Last updated on:January 18th, 2023
You’re looking at a multiple-choice question from QBank Prepper (the newest of four distinct learning formats available in Clinical Odyssey). Try it out, and have fun improving your clinical skills.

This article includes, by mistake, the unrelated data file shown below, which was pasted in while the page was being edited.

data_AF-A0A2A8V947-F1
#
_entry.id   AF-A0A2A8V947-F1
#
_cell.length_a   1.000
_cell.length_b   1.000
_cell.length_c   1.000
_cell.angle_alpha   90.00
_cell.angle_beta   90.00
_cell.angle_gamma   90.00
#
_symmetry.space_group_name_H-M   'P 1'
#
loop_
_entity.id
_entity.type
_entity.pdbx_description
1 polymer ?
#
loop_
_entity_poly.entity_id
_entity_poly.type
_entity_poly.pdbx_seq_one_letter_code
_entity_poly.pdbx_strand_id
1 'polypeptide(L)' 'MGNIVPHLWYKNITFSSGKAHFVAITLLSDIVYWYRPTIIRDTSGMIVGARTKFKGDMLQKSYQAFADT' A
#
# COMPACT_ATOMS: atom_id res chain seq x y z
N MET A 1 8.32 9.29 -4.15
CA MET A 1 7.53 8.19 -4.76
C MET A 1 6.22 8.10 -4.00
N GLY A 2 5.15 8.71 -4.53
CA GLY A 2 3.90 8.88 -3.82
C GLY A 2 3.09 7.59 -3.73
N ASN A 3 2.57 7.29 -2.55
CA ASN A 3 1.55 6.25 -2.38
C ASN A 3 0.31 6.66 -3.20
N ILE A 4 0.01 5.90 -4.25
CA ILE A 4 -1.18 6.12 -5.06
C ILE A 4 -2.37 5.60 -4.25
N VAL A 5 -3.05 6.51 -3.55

A 74-year-old man comes to the clinic because of a 6-month history of worsening dyspnea. He has a 15-year history of type 2 diabetes mellitus, colon adenocarcinoma diagnosed 2 years ago, and a pulmonary embolism 2 years ago treated with enoxaparin for the first 6 months and then edoxaban, which he is still taking. He is currently also on metformin 1g twice a day. Physical examination shows bibasilar crackles. Laboratory results show N-terminal-prohormone BNP (NT-proBNP) 428 pg/mL (< 125), blood group type O and the presence of MTHFR C677T mutation. Echocardiogram shows dilated right heart chambers, normal valve morphology and function, normal biventricular systolic function, pulmonary artery systolic pressure (PASP) 38 mmHg (<20), and tricuspid regurgitant velocity 2.8 m/s (<2.8). Which of the following is a risk factor for his likely diagnosis?